Imagine the world without cars, lightbulbs, or the telephone.
It’s pretty hard to do! Some of the world’s greatest innovators, who are behind everyday items we know and love, were dyslexic. An estimated six million British people are living and working with dyslexia and it comes with everyday challenges*.
“My dyslexia challenges my auditory processing. I find noisy environments difficult, have problems with taking notes in meetings as my brain struggles to hold information long enough for me to process it and get it onto paper. In formal education this was very problematic. I felt stupid, slow and struggled with low self-esteem. I knew I was different to others but had no idea why. I don’t struggle to spell or to read, which is often the typical link people make when dyslexia is mentioned. This meant I had a diagnosis later in my life, which impacted my education.
I also struggle with some communication, as I won’t see or hear sub text in conversations. I’m likely to process information literally which has resulted in very funny outcomes at times! I struggle with small talk and will often mirror those around me to mask my challenges. I’m terrible at asking people “how’s your day going?”, as my brain will assume if you have information that I need, you’ll just tell me. These are some examples where my understanding or processing, and the way my brain is wired, differ from neurotypical colleagues – who have brains that function in a similar way to most of their peers.”
Living with dyslexia comes with advantages as well as challenges
“I can see the bigger picture, which means I can be innovative with ideas, and I don’t shy away from problems that others think can’t be solved. I can see potential in scenarios and potential outcomes that neurotypical people don’t.”
Working with dyslexia
At NatWest Group, our internal ‘Enable employee-led network’ is one of eight employee led networks, made up of Executive Committee members and volunteer colleagues. Every colleague has the opportunity to join and play a key role in delivering, raising awareness of, and influencing our bank-wide inclusion strategy.
Kate is part of our Enable network, which provides our colleagues with opportunities to connect with other neurodivergent colleagues to better understand themselves, dyslexia and other neurodiversity challenges. Kate spoke of how the network also offers support, resources, and a safe space for parents of neurodivergent children so that their experiences can be more positive.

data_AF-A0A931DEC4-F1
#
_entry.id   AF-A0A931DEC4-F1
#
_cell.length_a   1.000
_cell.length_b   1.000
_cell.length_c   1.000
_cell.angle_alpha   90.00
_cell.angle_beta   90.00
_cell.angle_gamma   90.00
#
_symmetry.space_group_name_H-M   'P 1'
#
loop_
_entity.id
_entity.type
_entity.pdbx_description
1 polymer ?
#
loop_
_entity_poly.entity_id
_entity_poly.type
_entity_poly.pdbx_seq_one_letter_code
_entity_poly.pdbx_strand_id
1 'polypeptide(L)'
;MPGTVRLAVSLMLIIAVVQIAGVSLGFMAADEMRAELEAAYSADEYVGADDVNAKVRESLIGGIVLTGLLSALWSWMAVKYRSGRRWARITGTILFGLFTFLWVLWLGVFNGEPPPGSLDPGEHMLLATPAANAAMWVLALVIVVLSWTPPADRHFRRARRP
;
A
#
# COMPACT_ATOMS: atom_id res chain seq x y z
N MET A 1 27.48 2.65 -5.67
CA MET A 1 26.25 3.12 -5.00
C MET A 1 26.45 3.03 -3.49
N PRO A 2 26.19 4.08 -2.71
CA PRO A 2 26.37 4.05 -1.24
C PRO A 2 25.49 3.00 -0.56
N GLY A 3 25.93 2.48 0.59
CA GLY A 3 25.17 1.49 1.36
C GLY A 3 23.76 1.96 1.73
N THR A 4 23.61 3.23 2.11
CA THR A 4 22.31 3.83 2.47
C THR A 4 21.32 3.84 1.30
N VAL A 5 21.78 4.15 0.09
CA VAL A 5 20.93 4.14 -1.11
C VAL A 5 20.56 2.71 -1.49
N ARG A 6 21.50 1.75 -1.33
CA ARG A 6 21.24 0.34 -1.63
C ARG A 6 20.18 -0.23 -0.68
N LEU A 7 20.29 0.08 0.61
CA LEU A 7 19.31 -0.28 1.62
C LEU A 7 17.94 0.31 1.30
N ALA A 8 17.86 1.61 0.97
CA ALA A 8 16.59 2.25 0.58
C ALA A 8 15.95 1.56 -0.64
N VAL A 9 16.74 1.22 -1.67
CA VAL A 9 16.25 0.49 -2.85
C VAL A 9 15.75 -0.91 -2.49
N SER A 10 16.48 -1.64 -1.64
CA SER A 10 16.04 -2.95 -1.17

“Although the bank is more open and more inclusive than when I started my career, working can sometimes be challenging especially when information isn’t clear or forthcoming. However, my current role follows methodology, and is procedural, which leans into my strengths. And I make sure to follow routines to help me cope too - routines at work, at home and even on holiday, really help. My team have taken the time to get to know my differences, and maximise on my strengths, making it better for everyone and creating an inclusive working environment.”
One effective way for Kate to highlight and remove stigma towards neurodiversity was when she started using this disclaimer footer in her emails…
“I am dyslexic, apologies if my emails are not as clear as they should be. My dyslexia allows me to think differently, giving me natural abilities to form alternative views and solve problems creatively. Expect big ideas and small typos.”
Championing our colleagues and customers with disabilities
We’re passionate about understanding what our customers and colleagues with disabilities need to help them thrive. Doing so helps us to create equal opportunities for everyone.
Whether that’s celebrating having accessibility features in all key processes, products, services and behaviours and being one of the founding signatories to The Valuable 500, a global movement which strives to place disability inclusion at the heart of business strategy with consistent attention at board level.